Fukuoka’s spent World War II out of combat, but dreaming of the day he could go back to take over the farm. When he did, he began formulating his “do-nothing” farming method. Instead of trying new techniques over time, Fukuoka worked backwards, removing activities he deemed unnecessary. Over time, he developed a fully natural farming method. This method involves no plowing and weeding, fertilizing, spraying, or many of the other “essentials” of conventional farming. Fukuoka went as far as to even end crop rotation, something unthinkable to many natural farmers.
Fukuoka’s biggest innovation was the discovery that destroying old rice straw is wasteful and unnecessary. In traditional Japanese farming the rice straw was burnt to prevent disease. At times, the practice was government mandated. Fukuoka found that old rice stalks nourish fields, and that a healthy field left alone will not develop disease. Unlike some other no-till systems, he would hand seed into the standing grain a few weeks before harvest, adding crucial time to the growing season. This system does not use any man made compost but instead relies on natural processes breaking down organic matter in the fields. Despite doing almost nothing but planting seeds and harvesting, he managed to get some of the highest yields seen in Japan. It almost beggars belief: if natural farming is this productive, how did conventional farming develop?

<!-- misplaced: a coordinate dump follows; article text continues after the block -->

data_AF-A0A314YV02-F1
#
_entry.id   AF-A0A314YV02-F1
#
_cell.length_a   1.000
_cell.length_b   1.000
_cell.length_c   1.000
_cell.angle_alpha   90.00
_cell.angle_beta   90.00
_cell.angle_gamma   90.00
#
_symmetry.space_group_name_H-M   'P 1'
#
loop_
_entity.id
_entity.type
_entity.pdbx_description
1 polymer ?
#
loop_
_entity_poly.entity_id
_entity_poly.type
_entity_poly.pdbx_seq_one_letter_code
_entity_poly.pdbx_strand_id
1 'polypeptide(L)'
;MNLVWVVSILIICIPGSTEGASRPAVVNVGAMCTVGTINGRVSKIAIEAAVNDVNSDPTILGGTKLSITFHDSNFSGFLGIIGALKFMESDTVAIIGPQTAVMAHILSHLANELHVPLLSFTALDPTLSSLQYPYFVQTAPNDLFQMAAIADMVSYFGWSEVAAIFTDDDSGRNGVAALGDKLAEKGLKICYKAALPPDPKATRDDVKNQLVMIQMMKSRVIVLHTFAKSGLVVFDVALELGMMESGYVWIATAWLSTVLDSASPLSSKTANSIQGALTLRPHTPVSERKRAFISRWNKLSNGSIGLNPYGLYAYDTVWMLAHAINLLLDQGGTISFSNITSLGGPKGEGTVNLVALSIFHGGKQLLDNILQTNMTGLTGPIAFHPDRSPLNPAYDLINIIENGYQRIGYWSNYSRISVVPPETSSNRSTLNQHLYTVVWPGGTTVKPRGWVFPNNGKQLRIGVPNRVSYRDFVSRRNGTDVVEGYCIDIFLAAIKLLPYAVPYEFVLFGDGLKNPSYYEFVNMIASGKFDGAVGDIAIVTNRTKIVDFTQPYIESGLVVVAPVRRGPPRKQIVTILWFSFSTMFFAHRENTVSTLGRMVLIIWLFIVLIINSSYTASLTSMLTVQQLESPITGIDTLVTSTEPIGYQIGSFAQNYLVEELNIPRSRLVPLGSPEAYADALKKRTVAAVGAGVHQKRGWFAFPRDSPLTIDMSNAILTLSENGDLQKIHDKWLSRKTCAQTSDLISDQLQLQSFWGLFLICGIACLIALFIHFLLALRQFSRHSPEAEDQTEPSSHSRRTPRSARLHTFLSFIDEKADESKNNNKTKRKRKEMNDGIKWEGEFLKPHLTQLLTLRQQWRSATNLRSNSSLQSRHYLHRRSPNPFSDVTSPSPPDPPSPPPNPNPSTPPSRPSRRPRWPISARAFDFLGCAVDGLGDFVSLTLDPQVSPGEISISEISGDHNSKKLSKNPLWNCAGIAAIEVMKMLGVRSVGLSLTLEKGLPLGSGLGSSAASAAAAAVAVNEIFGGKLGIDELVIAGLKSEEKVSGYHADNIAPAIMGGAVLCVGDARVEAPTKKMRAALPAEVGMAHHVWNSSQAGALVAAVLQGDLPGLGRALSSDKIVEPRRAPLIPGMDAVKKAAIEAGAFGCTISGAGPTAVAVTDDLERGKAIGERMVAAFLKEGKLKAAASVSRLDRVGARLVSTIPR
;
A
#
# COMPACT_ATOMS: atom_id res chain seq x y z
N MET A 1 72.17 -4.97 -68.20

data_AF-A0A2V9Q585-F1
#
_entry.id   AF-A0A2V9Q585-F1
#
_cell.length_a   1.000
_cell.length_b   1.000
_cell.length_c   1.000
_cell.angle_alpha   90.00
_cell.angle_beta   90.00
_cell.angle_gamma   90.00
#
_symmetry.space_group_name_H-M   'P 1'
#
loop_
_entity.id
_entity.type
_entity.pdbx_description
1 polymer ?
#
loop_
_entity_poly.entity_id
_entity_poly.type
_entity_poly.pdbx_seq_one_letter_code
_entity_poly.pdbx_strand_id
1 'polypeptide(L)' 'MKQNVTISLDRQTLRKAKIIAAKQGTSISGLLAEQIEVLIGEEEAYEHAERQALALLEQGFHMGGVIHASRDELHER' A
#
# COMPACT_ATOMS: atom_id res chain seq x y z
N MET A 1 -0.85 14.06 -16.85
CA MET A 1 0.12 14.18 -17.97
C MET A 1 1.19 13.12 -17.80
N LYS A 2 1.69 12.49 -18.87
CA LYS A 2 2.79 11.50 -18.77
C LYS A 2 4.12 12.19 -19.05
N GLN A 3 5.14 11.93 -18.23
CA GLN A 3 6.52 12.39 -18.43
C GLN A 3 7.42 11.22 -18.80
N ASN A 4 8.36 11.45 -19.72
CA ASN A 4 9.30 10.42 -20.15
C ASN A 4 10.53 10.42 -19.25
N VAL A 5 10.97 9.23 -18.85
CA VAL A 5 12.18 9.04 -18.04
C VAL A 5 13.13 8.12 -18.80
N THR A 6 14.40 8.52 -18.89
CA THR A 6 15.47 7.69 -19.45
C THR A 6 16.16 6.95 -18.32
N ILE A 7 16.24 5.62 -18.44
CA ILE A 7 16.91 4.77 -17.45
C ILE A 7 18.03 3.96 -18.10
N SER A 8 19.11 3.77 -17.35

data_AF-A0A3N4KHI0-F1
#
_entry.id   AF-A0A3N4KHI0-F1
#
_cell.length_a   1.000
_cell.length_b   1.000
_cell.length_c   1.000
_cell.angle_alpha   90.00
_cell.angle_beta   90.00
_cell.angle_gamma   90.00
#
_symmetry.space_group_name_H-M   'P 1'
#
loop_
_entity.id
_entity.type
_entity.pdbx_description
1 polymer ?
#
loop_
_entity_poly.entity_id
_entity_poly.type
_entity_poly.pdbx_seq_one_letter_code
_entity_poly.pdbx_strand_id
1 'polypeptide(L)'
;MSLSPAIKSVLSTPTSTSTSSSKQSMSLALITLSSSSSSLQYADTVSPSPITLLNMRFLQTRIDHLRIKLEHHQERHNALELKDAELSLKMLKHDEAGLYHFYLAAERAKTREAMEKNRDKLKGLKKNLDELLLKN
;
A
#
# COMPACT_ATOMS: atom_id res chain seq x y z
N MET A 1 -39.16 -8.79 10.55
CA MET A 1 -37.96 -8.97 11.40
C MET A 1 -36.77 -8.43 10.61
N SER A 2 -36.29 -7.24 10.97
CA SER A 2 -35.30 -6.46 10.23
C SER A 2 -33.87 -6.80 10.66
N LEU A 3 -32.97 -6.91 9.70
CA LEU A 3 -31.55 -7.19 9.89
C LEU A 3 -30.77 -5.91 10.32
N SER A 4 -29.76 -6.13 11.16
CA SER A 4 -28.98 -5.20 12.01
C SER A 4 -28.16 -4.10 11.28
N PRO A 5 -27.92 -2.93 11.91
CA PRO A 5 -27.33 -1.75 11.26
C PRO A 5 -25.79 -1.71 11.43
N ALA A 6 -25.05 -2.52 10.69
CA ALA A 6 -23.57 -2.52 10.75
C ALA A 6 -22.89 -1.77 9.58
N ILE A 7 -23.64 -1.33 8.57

Fukuoka achieved almost complete self-sufficiency on his farm, bringing in little from outside but cooking oil. He believed in eating a simple, seasonal, and rough diet of primarily rice and vegetables. One of the farm’s main exports was citrus. The citrus trees were planted with adequate space and left completely unpruned, except for removing dead wood. Fukuoka explains that cutting a single bud with scissors can disrupt a trees pattern and introduce disorder, which can lead to branches overcrowding and inviting diseased. An untouched tree knows where all the leaves need to go, and places them so that everything gets proper sunlight.
The vegetables on the mountain farm were spread throughout the orchards in a random fashion. This is not efficient for large scale export production, but is great producing one’s own food. For the most part, once the vegetables have been established they are left to thrive, and it is only a matter of harvesting them here and there as they are ready. In this fashion, Fukuoka and his student-farmers were able to produce enough food to live happy and simple lives in harmony with nature.
The One Straw-Revolution is a truly revolutionary text. It is easy to see why so many sought out Fukuoka’s wisdom on his bucolic mountain farm. Far better than most, he was able to see the soul sickness created by the modern world and how it paralleled the environmental degradation caused by industrial society. Fukuoka saw a different way, where man can live in harmony with nature- and let nature do the farm work; his wisdom on farming, nature, humanity, and society are timeless.
[Fun side note: the Chris Pearce who gave editorial assistance to this book is my dad’s first cousin, something I confirmed with research.]